Whether it's draining a three-pointer for American troops in Kuwait or playing a pick-up game with the North Carolina Tar Heels, Obama has shown he's got game on the basketball court.

But he does not have a long record of exhibiting a natural talent for America's pastime.

In 2005, his first year as a senator from Illinois, Obama, a lefty, threw out a first pitch at a White Sox playoff. The devout Sox fan admitted afterwards that he was feeling the pressure.

"Had I thrown a one-hop, I think, whatever aspirations I had, they would have shown that clip over and over again," he said in an interview with the Springfield State Journal-Register that year.

"I was more nervous than I was before the Democratic National Convention" the year before, he said.

Earlier today, Obama said he wanted to loosen up his arm a bit for the big game and recalled that first pitch in 2005.

"I just wanted to keep it high," he said."Now, there was no clock on it. I don't know how fast it went. But if it exceeded 30 miles per hour, I'd be surprised. But it did clear the plate."

White House aides said the president did not do any practice pitching at the White House but would warm up his arm in St. Louis before the game.

The glove the president used, made by Wilson Sporting Goods with "Obama 44" printed on it, will go to the Baseball Hall of Fame in Cooperstown, N.Y., after the game.

The tradition of presidential first pitches dates back to 1910 when William Taft, not exactly an athlete at over 300 pounds, did the honors from his seat in the bleachers in a game between the Washington Senators and Philadelphia Athletics.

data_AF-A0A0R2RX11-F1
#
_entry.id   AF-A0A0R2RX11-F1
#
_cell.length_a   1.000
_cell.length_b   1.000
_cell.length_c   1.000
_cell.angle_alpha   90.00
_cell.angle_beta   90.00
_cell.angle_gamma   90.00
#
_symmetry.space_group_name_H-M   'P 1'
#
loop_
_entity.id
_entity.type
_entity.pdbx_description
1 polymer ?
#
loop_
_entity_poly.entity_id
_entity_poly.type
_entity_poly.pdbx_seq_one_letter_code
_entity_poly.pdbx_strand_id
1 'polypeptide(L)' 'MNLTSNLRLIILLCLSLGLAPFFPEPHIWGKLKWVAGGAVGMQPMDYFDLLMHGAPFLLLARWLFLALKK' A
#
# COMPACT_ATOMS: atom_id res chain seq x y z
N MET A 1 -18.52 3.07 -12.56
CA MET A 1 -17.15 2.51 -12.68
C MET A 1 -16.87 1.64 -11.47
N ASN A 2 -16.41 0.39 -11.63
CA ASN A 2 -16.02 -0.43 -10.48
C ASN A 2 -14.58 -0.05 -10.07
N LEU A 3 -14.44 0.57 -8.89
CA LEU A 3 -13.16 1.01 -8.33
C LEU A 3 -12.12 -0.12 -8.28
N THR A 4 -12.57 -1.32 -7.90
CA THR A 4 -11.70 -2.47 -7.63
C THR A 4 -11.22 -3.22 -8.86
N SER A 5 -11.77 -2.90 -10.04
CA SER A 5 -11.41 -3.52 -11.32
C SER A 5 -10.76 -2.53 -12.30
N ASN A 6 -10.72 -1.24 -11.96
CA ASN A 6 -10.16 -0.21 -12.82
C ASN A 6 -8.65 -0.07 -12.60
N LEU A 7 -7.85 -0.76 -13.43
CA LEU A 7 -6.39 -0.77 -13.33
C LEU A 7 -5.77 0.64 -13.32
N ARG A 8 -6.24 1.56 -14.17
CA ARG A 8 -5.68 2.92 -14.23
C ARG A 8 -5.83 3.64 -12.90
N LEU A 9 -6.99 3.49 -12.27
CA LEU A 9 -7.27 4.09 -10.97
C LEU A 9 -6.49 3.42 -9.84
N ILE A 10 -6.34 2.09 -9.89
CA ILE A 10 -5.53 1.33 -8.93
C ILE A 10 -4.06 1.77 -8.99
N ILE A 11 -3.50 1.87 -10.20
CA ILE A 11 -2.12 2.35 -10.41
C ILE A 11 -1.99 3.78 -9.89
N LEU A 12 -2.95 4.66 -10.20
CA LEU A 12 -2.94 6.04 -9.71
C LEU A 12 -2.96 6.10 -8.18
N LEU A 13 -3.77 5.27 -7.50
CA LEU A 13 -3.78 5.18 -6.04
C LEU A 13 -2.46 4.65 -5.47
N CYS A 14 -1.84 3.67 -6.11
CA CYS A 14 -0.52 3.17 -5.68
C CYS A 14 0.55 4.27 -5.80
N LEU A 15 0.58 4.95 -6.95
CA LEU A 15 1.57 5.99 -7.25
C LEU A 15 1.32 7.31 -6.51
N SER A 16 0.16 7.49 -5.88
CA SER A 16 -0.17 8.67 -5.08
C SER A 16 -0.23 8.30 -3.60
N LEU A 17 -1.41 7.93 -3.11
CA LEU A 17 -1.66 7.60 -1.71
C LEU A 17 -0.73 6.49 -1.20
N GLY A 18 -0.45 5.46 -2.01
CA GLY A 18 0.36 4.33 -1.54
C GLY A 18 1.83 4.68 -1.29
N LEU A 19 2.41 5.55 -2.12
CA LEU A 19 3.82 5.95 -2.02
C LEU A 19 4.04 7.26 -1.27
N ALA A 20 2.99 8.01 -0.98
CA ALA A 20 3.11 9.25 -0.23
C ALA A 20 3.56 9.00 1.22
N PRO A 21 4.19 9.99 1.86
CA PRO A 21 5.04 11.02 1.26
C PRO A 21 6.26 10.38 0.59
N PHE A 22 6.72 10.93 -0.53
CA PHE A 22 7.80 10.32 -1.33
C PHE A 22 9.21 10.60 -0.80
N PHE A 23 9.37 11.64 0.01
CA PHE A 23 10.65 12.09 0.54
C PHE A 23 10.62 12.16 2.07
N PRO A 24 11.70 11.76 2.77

Since then nearly every president has taken their best aim at the catcher's glove.

Obama is the fourth president to throw out a first pitch at the All-Star Game, after John F. Kennedy (1962 in Washington), Richard Nixon (1970 in Cincinnati), and Gerald Ford (1976 in Philadelphia).

George W. Bush, a former co-owner of the Texas Rangers, may have set the gold standard with a perfect ceremonial pitch in 2001.

With New York and the nation still reeling from the Sept. 11 attacks, Bush took to the mound at Yankee Stadium before Game 3 of the World Series between the New York Yankees and the Arizona Diamondbacks.

In the HBO documentary "Nine Innings From Ground Zero," Yankee shortstop Derek Jeter advised the president to not take any shortcuts and throw from the pitching rubber, a major league distance of 60 feet, 6 inches.

Jeter recalled that he had one piece of advice for the president: "Don't bounce it, they'll boo ya."

There would be no "Bronx cheer" that night for Bush, who sent a strike right over the plate. The crowd erupted into chants of "U.S.A., U.S.A."

"The next morning he came in and said to me, no matter what happens in the course of my presidency, that is going to be one of the highlights," former Bush press secretary Ari Fleischer said.

Bush was not always so warmly received, as politics and polling started to creep into the baseball stadium.

In 2005, Bush kicked off the inaugural season for the Washington Nationals, the team that brought baseball back to the nation's capital after a 33-year absence. As Bush walked to the mound in front of his hometown crowd, the boos were much louder than the cheers.

The same greeting awaited his unpopular vice president, Dick Cheney, when he threw out the first pitch for the Nationals the following season.

ABC News' John Berman contributed to this report.